By Katherine Tam, UC Office of the President
Beginning this fall, the University of California will provide students with the option to voluntarily self-identify their sexual orientation and gender identity on the undergraduate admission application to help the university better understand and meet the diverse needs of its students.
The data will be used to help guide decisions such as allocating resources and developing programs as part of the university’s ongoing commitment to ensure campuses are welcoming and inclusive for lesbian, gay, bisexual, and transgender (LGBT) students, faculty, and staff.
As with other demographic questions on the admission application, these do not affect a student’s eligibility for admission.
The university will also require new buildings and facilities undergoing major renovation to include gender-neutral facilities, including restrooms and changing rooms, starting July 1.
In addition, the university is initiating a two-year project designed to coordinate and promote interdisciplinary study of genders and sexualities across the UC system.
The project will include convening UC stakeholders to identify ways to advance student learning about LGBT issues, and conclude with a systemwide symposium that will showcase research from students and faculty in the field of genders and sexualities.
“UC is working hard to ensure our campuses model inclusiveness and understanding,” said President Janet Napolitano. “I’m proud of the work we’ve done so far, but it doesn’t stop there — we must continue to look at where we can improve so everyone at UC feels respected and supported.”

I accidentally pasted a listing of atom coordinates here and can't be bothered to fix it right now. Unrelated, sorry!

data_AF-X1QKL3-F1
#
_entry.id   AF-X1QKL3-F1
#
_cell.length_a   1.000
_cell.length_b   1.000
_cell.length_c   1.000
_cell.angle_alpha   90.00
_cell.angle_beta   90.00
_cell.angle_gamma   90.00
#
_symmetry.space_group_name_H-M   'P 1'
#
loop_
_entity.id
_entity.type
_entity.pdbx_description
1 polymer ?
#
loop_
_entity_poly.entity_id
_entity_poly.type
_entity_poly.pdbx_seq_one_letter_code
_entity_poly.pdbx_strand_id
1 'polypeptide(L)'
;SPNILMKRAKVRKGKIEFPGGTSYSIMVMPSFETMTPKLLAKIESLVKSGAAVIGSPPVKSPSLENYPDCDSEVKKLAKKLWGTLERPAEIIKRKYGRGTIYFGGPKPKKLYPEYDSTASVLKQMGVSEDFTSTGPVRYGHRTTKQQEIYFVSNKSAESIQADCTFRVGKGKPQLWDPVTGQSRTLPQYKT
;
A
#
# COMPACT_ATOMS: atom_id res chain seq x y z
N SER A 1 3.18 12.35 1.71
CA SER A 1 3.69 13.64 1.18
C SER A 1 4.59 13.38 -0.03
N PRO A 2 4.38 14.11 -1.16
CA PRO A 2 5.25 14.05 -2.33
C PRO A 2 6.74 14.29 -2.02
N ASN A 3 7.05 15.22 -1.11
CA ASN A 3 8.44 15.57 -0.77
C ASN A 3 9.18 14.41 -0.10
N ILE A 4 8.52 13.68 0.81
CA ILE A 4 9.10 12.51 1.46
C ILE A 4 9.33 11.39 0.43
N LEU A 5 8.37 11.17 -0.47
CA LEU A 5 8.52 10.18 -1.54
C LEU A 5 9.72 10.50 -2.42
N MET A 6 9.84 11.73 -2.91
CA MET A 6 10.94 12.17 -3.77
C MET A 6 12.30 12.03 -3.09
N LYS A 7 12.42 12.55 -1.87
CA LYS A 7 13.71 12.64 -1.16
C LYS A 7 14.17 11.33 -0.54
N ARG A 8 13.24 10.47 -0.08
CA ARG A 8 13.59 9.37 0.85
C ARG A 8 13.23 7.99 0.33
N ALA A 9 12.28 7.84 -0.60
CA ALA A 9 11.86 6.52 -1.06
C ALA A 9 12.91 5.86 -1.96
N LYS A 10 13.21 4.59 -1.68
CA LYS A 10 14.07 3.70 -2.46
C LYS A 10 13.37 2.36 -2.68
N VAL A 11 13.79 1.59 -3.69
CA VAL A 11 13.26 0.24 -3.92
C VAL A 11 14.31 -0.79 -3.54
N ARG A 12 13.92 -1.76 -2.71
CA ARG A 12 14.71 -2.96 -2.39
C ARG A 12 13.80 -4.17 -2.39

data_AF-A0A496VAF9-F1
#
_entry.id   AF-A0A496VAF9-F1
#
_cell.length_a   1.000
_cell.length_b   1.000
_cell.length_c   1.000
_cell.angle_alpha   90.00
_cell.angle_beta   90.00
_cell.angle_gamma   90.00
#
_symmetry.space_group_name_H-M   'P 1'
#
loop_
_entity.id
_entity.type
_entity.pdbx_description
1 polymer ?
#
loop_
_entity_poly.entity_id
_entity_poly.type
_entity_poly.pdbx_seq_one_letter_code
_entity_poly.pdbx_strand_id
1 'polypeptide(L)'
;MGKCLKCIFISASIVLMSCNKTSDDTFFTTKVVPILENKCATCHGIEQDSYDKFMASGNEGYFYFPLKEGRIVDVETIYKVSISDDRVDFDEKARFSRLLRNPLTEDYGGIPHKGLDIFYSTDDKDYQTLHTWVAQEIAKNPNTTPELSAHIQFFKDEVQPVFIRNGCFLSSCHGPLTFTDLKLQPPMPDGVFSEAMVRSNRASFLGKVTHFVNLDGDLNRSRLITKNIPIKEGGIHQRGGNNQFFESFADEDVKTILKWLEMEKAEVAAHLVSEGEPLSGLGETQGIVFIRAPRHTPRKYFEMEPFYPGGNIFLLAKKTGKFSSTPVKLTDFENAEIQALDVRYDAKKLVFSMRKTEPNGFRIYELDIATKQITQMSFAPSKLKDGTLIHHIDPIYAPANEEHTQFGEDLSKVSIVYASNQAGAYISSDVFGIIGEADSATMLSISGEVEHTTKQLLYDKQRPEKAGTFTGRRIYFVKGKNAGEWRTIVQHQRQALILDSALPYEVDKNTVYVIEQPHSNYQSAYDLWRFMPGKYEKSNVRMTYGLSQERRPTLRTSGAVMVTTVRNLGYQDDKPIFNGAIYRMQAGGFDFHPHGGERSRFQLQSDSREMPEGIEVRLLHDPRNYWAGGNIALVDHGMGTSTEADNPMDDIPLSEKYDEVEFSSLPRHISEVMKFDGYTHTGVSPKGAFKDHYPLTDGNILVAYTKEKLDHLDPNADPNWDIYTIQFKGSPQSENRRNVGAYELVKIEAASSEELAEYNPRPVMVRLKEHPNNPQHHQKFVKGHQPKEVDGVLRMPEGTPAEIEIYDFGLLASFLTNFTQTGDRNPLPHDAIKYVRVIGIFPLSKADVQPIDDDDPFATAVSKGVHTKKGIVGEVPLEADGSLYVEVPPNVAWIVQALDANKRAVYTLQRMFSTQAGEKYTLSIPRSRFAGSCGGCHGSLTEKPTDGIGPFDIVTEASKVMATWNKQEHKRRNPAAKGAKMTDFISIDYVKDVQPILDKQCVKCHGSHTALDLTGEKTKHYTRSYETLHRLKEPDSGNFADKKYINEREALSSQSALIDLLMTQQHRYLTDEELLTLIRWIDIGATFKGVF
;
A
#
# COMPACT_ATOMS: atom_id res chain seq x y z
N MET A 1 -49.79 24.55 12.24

The measures grew out of the 2014 recommendations from the UC Task Force and Implementation Team on Lesbian, Gay, Bisexual and Transgender Climate and Inclusion. In June 2014, President Napolitano formed a 15-member systemwide council to advise her on LGBT issues and charged the group with refining the details of the recommendations for implementation.
While UC campuses have been listed among the top LGBT-friendly colleges in the country, the university has continued to look for improvements.
In 2014, UC began adjusting its student record systems to allow students to indicate a preferred name to appear on campus records along with their legal name. And many campuses have already begun converting single-stall restrooms into gender-neutral facilities in existing buildings, where practicable.
The advisory council, which is made up of UC students, faculty, and staff, as well as community experts on LGBT issues, will refresh its membership this summer to ensure new ideas and perspectives as it moves into a second year.